Taking the top slot in the ``truth is stranger than fiction'' category are the Lyrians, named after Matthew Lyrius, one of the weirder Gnostics ever to poke his head out of a gopher hole.
      Lyrius saw the Truth as an inherently objective thing, which could be grasped at only vaguely and bumblingly by the subjective Mind. Real understanding of the Truth could only be accomplished by Spirit, which transcends the boundaries of Mind. Speech, he noted, could not even convey accurately or completely what Mind conceived and perceived, so it was even more removed from Truth.
      A student of his found it odd that speech, which seemed to be less subjective than direct experience, managed to be farther from objectivity. Lyrius responded, ``Only if you fail to understand that you cannot make a whole apple from half an apple by cutting away more.'' Then he hit the disciple in the head with a cane.
      Another disciple (who didn't know how to take a hint, it seems) asked Lyrius if Speech transcends Mind, since language could convey things that the mind couldn't conceive of (``the round square'' was the example the disciple gave). ``Without the journey,'' responded Lyrius, ``the destination is no different from the starting point.'' Then he hit the disciple in the head with a cane (it has been suggested that most of Lyrius' early philosophy was rooted in Zen mysticism, and this seems to be good evidence of that theory [Okay, okay, so I embellished the stories a little and added the knocks in the head. I've always loved the parallels between Zen philosophy and the Three Stooges]).
      He decided that, while Mind should be encouraged to transcend itself and approach Spirit and afterwards Truth, Speech's attempt to encompass Truth could do nothing but profane it. ``Dirt,'' Lyrius once said (and, if the stories are to be believed, it is the last attempt he ever made at speaking the truth), ``however many times one might pass it over the scrubbing-board, will sully linen. Speech, however well-meaning and pure of intention, can do no better to Truth.'' The truth, he realized, is too sacred to be spoken.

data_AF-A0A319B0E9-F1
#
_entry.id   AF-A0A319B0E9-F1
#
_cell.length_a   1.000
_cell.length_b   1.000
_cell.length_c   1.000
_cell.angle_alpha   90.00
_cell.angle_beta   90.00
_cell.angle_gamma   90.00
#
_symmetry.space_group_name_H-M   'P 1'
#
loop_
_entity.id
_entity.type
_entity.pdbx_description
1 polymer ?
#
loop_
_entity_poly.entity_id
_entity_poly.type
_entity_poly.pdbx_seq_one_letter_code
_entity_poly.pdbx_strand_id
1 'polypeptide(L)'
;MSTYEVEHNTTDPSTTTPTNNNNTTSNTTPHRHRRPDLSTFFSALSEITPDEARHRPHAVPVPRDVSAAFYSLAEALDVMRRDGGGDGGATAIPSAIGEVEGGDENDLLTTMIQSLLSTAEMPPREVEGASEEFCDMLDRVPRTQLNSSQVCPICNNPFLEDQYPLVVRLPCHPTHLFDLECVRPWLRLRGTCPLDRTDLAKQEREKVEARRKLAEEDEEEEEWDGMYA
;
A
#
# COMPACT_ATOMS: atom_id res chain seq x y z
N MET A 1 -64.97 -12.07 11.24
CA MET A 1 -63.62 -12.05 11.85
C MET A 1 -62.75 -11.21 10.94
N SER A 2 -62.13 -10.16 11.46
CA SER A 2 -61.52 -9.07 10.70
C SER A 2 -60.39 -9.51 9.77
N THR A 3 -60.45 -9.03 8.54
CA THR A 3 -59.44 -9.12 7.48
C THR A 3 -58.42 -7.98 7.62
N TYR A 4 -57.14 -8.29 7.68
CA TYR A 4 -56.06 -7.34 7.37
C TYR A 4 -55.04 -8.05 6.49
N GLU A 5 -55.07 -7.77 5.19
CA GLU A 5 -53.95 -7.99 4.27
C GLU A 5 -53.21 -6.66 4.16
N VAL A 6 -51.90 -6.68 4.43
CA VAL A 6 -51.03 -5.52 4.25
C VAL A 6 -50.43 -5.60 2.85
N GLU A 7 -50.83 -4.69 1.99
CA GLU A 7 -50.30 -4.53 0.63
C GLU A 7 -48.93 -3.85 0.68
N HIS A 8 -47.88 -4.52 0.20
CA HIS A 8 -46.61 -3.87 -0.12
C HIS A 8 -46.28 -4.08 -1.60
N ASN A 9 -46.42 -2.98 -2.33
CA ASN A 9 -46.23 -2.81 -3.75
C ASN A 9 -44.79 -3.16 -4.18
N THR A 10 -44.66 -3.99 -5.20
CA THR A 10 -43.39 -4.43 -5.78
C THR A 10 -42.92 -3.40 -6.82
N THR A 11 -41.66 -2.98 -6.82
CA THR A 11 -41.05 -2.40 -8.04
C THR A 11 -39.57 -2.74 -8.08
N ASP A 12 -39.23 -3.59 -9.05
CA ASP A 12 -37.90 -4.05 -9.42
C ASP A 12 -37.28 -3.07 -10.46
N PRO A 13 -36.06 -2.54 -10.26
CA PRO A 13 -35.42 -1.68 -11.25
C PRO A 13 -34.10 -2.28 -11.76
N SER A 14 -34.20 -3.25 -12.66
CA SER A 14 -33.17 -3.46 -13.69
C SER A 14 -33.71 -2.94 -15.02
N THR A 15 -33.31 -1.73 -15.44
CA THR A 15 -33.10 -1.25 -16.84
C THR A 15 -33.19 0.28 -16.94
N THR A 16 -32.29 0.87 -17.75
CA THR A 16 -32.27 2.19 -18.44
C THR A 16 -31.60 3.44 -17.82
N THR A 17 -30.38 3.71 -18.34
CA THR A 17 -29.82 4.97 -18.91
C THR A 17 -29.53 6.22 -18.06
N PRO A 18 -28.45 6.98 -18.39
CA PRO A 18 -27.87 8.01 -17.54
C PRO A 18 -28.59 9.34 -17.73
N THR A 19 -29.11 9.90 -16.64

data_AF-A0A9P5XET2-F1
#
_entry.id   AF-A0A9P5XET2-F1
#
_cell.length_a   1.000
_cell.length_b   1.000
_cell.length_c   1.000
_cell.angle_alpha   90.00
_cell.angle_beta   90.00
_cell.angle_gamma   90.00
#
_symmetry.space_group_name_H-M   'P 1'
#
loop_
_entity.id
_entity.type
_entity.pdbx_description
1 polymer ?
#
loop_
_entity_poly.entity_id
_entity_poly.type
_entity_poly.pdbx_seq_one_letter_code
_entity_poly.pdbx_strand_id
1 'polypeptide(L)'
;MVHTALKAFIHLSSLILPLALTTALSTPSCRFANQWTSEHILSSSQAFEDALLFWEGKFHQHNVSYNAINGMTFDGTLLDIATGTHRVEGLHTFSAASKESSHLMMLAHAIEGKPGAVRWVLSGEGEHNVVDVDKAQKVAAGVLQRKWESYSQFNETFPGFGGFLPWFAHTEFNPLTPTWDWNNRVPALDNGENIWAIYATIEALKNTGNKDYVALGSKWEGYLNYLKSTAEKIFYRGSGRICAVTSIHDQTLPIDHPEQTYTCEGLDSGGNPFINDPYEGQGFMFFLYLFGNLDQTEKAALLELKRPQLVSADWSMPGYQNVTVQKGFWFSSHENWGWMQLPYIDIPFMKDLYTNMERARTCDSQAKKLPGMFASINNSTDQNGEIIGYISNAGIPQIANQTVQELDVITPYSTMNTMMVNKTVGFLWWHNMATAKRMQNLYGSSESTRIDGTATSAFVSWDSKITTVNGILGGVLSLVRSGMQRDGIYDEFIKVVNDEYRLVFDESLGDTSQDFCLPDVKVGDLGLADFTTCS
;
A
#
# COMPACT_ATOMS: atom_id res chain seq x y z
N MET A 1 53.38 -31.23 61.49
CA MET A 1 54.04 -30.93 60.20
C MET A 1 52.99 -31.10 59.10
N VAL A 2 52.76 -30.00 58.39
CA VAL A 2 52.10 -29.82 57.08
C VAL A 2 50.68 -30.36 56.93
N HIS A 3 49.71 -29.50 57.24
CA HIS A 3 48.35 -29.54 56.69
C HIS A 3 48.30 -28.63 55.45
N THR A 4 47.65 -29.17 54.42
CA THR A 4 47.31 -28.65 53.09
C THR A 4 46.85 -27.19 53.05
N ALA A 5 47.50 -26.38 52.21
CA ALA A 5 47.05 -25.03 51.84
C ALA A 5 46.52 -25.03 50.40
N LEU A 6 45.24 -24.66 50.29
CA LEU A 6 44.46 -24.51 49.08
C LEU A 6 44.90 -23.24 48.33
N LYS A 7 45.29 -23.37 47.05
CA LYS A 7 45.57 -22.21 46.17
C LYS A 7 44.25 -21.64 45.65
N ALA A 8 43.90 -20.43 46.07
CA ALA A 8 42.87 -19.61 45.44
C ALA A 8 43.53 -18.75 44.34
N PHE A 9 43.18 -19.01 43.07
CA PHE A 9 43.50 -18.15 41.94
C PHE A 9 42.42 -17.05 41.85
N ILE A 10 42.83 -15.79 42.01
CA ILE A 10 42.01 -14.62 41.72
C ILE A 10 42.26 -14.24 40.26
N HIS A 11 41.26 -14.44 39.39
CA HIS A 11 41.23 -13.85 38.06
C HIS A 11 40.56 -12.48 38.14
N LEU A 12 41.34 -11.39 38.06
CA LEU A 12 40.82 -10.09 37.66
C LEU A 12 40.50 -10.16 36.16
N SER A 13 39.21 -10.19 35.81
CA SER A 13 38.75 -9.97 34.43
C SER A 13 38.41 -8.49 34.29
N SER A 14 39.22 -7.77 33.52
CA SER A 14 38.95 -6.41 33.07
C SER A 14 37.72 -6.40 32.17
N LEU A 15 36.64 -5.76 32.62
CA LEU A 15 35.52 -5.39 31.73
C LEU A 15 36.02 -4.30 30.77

It is said that, after speaking these words (which have become known as the ``Final Profanity''), Lyrius was ``struck insensible by sublime gnosis'' and awoke the following morning a complete and thoroughly unshakable liar.
      As a kind of moral exempla (which were all the rage during most of antiquity and still have their modern counterparts in Steven Segal movies) there is a story that Lyrius' best friend went off to fight in the Crusades and was believed to be killed in battle. Lyrius was devastated, and sat alone in his garden weeping. When a few well-meaning disciples tried to comfort him, he simply looked at them and said ``It is good that he is dead.''
      As is usually the case in such stories, rumors of Lyrius' friend's death were much exaggerated. When he came to the monastery to see Lyrius, Lyrius ran to him, threw his arms around him and wept heavily. ``I had hoped never to see you again, you worthless bastard,'' he managed to croak out. ``I hate you so very, very much.''
      Of course, Lyrians (even with their silly belief in the Truth [which is real enough, but has been sitting on my desk for quite some time now and hasn't shown the least intention of being sacred]) are, of course, a sister faith of Discordianism. I can scarcely imagine the level of confusion (Hail Eris) that a Lyrian would cause in any circumstances you'd care to put him in (to say nothing of the parties they must throw).